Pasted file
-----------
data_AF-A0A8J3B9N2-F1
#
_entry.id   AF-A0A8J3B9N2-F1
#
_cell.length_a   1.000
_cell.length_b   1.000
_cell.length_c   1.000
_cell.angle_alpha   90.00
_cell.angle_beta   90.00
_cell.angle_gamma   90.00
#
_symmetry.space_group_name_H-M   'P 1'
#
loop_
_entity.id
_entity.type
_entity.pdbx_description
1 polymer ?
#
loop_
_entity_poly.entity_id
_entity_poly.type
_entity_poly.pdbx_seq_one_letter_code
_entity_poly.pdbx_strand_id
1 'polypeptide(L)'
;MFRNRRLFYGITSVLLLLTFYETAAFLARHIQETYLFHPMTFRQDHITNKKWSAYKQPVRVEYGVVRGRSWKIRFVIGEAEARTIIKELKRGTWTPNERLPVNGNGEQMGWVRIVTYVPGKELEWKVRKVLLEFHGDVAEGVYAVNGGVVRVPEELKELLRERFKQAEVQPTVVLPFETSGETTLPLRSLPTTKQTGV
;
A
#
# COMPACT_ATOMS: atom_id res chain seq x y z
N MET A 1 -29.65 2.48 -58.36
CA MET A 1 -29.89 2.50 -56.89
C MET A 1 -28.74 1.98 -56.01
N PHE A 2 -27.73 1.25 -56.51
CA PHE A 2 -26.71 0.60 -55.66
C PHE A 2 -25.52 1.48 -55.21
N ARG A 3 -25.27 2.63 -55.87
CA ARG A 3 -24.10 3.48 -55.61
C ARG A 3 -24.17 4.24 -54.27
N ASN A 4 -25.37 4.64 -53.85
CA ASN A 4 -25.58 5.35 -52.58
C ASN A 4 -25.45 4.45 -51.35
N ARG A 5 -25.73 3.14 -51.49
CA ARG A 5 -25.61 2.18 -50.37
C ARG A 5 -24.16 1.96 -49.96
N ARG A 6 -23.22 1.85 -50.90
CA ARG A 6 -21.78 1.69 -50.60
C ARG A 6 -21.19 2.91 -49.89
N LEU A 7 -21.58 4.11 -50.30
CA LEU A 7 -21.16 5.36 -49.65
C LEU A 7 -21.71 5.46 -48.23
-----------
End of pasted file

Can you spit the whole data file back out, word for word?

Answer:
data_AF-A0A8J3B9N2-F1
#
_entry.id   AF-A0A8J3B9N2-F1
#
_cell.length_a   1.000
_cell.length_b   1.000
_cell.length_c   1.000
_cell.angle_alpha   90.00
_cell.angle_beta   90.00
_cell.angle_gamma   90.00
#
_symmetry.space_group_name_H-M   'P 1'
#
loop_
_entity.id
_entity.type
_entity.pdbx_description
1 polymer ?
#
loop_
_entity_poly.entity_id
_entity_poly.type
_entity_poly.pdbx_seq_one_letter_code
_entity_poly.pdbx_strand_id
1 'polypeptide(L)'
;MFRNRRLFYGITSVLLLLTFYETAAFLARHIQETYLFHPMTFRQDHITNKKWSAYKQPVRVEYGVVRGRSWKIRFVIGEAEARTIIKELKRGTWTPNERLPVNGNGEQMGWVRIVTYVPGKELEWKVRKVLLEFHGDVAEGVYAVNGGVVRVPEELKELLRERFKQAEVQPTVVLPFETSGETTLPLRSLPTTKQTGV
;
A
#
# COMPACT_ATOMS: atom_id res chain seq x y z
N MET A 1 -29.65 2.48 -58.36
CA MET A 1 -29.89 2.50 -56.89
C MET A 1 -28.74 1.98 -56.01
N PHE A 2 -27.73 1.25 -56.51
CA PHE A 2 -26.71 0.60 -55.66
C PHE A 2 -25.52 1.48 -55.21
N ARG A 3 -25.27 2.63 -55.87
CA ARG A 3 -24.10 3.48 -55.61
C ARG A 3 -24.17 4.24 -54.27
N ASN A 4 -25.37 4.64 -53.85
CA ASN A 4 -25.58 5.35 -52.58
C ASN A 4 -25.45 4.45 -51.35
N ARG A 5 -25.73 3.14 -51.49
CA ARG A 5 -25.61 2.18 -50.37
C ARG A 5 -24.16 1.96 -49.96
N ARG A 6 -23.22 1.85 -50.90
CA ARG A 6 -21.78 1.69 -50.60
C ARG A 6 -21.19 2.91 -49.89
N LEU A 7 -21.58 4.11 -50.30
CA LEU A 7 -21.16 5.36 -49.65
C LEU A 7 -21.71 5.46 -48.23